• 1. NFPA 51B, Standard for Fire Prevention
    During Welding, Cutting, and Other Hot Work,
    Current Edition.
  • 2. Chapter 26 of the 2009 Edition of the
    International Fire Code (IFC).

10
Code Requirements (Continued)
  • The codes address applicable issues including
  • A.   Fire Watch
  • B.   Pre Hot Work Check
  • C.   Prevention Procedures
  • D.   Fire Extinguishers
  • E. Post Hot Work Check
  • NOTES
  • 1. When Making Decisions on Requirements, Be
    Conservative. For Example, If a Container
    Containing Unknown Chemicals is nearby, Assume it
    Contains Flammables. Likewise, If There Are
    Holes Through Floors or Walls, Assume That There
    Are Concealed Combustibles Not Visible From the
    Work Side.
  • 2. See Handout Containing the HWP Form and a
    Summary of Requirements and Study the Code Copies
    Provided to Your Shop.

11
V. General Hot Work Issues/Guidelines
  • 1. Hot Work Permit Is Just a Tool. Using it
    Incorrectly Will Destroy the Process of
    Controlling Hot Work.
  • 2. Your First Consideration Should Be to
    Choose Another Alternative to Hot Work, e.g.,
    Hand Filing Instead of Grinding.
  • 3. Hot Work Should Be the Last Resort.
  • 4. Project Administrators and Shops Are to
    Enforce the Hot Work Permit System. Supervise All
    Who Perform Hot Work.
  • 5. Effective Hot Work Loss Prevention Starts
    with Management and Employees Dedication to
    Total Prevention.

12
General HW Issues/Guidelines (Continued)
  • 6. Enforce the 35-Foot Rule Alternatively,
    Provide Hot Work/Spark Barriers. Within the
    Area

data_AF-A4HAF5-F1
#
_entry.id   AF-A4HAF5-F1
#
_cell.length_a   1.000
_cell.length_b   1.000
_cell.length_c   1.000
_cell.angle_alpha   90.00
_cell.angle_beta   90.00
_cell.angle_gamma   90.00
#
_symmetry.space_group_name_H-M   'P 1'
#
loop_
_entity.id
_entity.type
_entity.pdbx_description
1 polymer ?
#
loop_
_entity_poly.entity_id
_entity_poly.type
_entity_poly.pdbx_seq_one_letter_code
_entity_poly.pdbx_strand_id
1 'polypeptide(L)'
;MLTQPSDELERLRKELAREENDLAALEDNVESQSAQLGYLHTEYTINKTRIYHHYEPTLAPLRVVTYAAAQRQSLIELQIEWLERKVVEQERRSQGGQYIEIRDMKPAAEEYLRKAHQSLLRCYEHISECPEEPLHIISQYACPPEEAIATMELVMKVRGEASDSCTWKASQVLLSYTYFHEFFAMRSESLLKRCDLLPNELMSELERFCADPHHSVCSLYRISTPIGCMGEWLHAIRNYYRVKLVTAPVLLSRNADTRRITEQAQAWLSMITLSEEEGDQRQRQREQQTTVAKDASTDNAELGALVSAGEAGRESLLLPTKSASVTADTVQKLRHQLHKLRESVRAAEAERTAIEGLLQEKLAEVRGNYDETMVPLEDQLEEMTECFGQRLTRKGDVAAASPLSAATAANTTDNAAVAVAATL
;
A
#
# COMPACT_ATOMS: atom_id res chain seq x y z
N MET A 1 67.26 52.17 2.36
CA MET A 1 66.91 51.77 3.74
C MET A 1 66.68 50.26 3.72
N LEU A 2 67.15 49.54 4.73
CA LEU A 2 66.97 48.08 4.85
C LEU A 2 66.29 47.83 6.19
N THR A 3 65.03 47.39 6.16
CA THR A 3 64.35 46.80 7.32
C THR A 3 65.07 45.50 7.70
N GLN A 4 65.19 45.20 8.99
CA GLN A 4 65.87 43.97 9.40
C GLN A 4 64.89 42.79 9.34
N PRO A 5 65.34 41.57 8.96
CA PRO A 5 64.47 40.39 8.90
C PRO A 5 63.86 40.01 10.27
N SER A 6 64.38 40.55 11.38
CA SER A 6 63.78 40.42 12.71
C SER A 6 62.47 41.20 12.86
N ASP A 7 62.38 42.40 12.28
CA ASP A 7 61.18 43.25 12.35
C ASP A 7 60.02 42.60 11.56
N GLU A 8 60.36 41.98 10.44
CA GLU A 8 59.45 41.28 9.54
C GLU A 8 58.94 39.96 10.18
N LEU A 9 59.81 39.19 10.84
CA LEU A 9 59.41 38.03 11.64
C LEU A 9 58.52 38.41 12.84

• A. Sweep Floors Clean. Remove Grease and Oils,
    Do Not Simply Soak Liquid With Sawdust. Remove
    Lint From Machinery.
  • B. Cover Combustible Floors.
  • C. Suspend Fire Resistive Tarpaulins Under Hot
    Work Conducted Near the Ceiling.
  • D. Place Non-Combustible Screens Around Hot
    Work Conducted at Floor to Trap Sparks.
  • E. Move Nearby Combustibles. Protect
    Combustibles that Cannot Be Moved With
    Tarpaulins or Shields.
  • F. Halt Any Process That Produces an Explosive
    Atmosphere and Continuously Monitor the Area
    for Such Conditions.

13
General HW Issues/Guidelines (Continued)
  • G. Apply a Hot Work Control Process to Less
    Obvious Temporary Ignition Sources in Special
    Hazard Areas, e.g., Electrical Tools and Cell
    Phones in Hazardous Locations.
  • H. Cover All Wall and Floor Openings. Plug
    Holes With Listed Firestop Material.
  • I. Seal Ductwork and Duct Openings with Metal
    Covers or Fire Resistive Tarpaulins.
  • J. Close All Doors and Fire Doors.

14
VI. Examples of Fires Caused by Hot Work
  • 1. 1953 General Motors Livonia Fire (300
    Million Dollars in 2002)
  • 2. 1999 Hong Kong Hotel Fire
  • NOTES
  • a. Hot Work Fires Are Among the Top Causes of
    Losses at Properties Insured by Major U.S.
    Insurance Companies.
  • b. Hot Work Fires Link Directly to Lack of
    Supervision.
  • c. All Hot Work Fires Can Be Prevented by
    Paying Attention and Following the Procedures